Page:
The Albion Beatnik Bookstore website (or how a bookshop can change a light bulb)

The web page of the Albion Beatnik Bookstore in Oxford: muses and misspills on books, jazz, poetry, stuff like false flags and smoke screen: is randomly decrepid and is neo-bankrupt: is so analogue it's anal.

Oxford Literary Walk

Each week, Wednesdays at 2:00pm, Simon Image from Oxford Walking Tours, the oldest and most established walking tour company in Oxford, leads a literary tour. It starts at Carfax Tower (where the High meets Cornmarket and St Aldates). Booking details can be found here…

Beerbohm,Max“Oxford!  The very sight of the word printed, or sound of it spoken, is fraught for me with most actual magic.” Max Beerbohm’s words in Zuleika Dobson ring as true today as when they were written a hundred years ago.

Oxford’s magic has inspired generations of creative writers, some of them internationally famous, like J.R.R. Tolkien and C.S. Lewis, others known to a more restricted but discerning readership, like Philip Larkin and Beerbohm himself. The walking tour evokes many of these unique personalities and shows you the places where they studied and relaxed, were rapt by religious fervour, composed in mad or erotic delirium, or drifted away into dreams of other worlds and other days.  The tolkienwalk will take you round the centre of “that sweet city… with her dreaming spires,” as Matthew Arnold phrased it, and give you a genuine flavour of Oxford’s glorious literary past, and her vibrant present.  Colleges will be visited so that the living atmosphere of the university, preserved jealously through long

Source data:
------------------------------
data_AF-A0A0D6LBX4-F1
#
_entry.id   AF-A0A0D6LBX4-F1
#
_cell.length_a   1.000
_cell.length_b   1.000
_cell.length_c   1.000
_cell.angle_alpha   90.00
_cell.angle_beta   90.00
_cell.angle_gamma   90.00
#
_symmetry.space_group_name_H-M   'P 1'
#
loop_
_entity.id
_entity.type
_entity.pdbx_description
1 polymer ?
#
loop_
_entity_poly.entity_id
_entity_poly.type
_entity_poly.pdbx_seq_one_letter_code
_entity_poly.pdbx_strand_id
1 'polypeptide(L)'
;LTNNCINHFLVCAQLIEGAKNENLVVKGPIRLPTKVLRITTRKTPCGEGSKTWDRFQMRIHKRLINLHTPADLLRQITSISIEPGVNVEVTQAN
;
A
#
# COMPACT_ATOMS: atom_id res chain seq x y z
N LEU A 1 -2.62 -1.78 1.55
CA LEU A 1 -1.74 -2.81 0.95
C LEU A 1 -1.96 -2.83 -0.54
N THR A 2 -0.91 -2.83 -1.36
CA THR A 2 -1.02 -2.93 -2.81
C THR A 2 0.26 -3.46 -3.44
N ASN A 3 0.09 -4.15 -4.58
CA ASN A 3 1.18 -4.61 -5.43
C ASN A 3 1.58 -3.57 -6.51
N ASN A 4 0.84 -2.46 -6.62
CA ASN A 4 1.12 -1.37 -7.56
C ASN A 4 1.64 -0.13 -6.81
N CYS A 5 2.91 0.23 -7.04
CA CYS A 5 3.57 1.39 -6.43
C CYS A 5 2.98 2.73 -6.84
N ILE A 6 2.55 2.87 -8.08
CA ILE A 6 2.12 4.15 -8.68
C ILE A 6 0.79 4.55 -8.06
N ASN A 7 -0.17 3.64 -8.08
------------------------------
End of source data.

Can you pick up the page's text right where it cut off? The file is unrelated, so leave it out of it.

centuries, can be experienced just as it was by the writers themselves.

audenThe tour lasts for an hour and a half which gives plenty of time to wander and savour the delights of the ‘English Athens’: its halls, chapels, cloisters, and gardens which, as W.H. Auden expressed it, the rooks still haunt “like agile babies.”  The whole history of the English language can be traced in these ancient places, right up to a 21st century of dynamic change, and the resonant names of Shelley, Swift, Wilde, T.E. Lawrence, Gerard Manley Hopkins, Waugh, Amis, Philip Pullman and Le Carré will come to assume greater significance and fascination, even for those who know their work well.  For those who do not, a whole new world of knowledge and imagination awaits discovery.

There is also a tour dedicated to J.R.R. Tolkien, and forthcoming is a Lewis Carroll walk.

SIMON IMAGE has been a tour guide for well over twenty years and is a public speaker (http://www.questforthecentre.co.uk/).

The walk costs £12; £11 concessions; £9 for Oxford residents, students & alumni; £7 children.